Getting placed in restaurants and stores has been going okay, however I’ve needed to get more locations faster. Frankly, I’m concerned about running out of my start-up funding before the company takes … which may well be a legit concern or may just be common new-small-business jitters. I’ve been told that there is good money to be made with selling at area festivals / events / conventions and I’ve begun looking into attending a list that has kindly been shared with me by a fellow small business person.

Whatever the case, I keep thinking back to a paper in college – moreover the subject. I wrote on the 100th Battalion & 442nd Regimental Combat Team – the all-Japanese American soldiers of WWII. Without going into a dissertation on the subject here, I will say it is a fascinating, powerful, and inspiring piece of history and I encourage everyone to do some research. Those men had a motto – “Go For Broke”. All out – that’s how they worked and that’s how they played – that’s how they gambled and that’s how they fought. Every time I wonder if the up-hill to this company is too up-hill, I remember their astounding trials & tribulations and I think “Go For Broke”.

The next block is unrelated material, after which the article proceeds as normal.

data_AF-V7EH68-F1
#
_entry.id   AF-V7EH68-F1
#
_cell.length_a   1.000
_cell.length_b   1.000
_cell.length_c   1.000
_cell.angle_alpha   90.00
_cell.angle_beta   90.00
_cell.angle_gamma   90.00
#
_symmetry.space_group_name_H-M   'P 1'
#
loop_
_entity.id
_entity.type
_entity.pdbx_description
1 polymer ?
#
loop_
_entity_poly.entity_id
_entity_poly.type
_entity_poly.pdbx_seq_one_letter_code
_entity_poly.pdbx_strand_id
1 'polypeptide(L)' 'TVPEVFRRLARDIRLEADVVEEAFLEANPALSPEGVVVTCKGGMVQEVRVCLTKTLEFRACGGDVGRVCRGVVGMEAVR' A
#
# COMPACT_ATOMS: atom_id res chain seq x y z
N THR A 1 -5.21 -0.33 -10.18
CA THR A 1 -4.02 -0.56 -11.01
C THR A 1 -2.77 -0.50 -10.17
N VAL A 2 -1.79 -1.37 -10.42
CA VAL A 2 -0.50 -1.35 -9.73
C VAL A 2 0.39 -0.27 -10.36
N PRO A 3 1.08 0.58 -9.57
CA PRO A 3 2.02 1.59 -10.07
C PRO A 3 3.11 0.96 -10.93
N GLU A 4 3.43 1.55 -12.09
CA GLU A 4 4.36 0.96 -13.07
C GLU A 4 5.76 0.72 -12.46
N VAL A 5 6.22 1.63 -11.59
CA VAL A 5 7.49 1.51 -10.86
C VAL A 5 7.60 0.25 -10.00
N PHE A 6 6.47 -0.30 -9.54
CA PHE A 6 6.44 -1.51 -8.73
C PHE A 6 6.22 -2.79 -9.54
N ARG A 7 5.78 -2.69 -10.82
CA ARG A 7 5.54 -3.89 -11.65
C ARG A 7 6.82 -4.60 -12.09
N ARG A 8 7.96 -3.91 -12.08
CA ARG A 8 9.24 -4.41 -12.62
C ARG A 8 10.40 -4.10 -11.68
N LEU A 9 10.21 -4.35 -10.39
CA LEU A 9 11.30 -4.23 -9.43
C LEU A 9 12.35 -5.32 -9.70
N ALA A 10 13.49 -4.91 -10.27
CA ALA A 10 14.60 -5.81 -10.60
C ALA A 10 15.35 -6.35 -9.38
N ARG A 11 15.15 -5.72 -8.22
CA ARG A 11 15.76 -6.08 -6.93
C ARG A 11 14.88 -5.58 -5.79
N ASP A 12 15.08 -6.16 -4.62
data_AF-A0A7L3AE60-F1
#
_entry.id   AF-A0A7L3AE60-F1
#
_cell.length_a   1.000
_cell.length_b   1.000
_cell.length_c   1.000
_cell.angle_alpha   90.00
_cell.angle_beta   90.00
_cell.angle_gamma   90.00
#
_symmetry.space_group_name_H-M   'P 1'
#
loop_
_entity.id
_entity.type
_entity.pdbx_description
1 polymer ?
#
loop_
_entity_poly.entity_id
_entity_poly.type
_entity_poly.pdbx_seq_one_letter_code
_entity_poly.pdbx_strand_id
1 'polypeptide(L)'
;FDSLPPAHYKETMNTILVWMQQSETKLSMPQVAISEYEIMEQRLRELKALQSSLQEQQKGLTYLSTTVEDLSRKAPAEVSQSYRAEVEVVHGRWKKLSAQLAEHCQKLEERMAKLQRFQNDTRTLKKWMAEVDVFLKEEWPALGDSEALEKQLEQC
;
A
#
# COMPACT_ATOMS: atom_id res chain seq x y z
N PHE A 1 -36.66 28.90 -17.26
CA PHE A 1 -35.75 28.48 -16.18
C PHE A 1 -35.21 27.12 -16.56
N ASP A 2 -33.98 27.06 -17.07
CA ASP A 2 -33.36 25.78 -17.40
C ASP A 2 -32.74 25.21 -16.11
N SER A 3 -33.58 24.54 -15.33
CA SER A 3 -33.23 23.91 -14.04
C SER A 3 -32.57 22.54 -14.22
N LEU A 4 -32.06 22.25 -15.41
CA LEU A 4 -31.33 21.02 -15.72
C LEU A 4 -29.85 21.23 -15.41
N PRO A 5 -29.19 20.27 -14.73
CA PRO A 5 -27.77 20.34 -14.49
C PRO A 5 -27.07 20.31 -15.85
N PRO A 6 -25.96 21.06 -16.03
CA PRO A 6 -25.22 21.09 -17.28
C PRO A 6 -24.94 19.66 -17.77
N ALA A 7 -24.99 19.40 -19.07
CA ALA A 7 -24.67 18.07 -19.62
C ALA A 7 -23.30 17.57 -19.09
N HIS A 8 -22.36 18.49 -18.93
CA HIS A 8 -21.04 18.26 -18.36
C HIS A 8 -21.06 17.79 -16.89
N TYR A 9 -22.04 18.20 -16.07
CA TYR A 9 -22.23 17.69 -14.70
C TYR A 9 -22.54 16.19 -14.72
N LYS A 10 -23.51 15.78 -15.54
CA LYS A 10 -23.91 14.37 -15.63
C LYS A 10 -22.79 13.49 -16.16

I also remember something I learned from Journey …

Don’t Stop Believin’,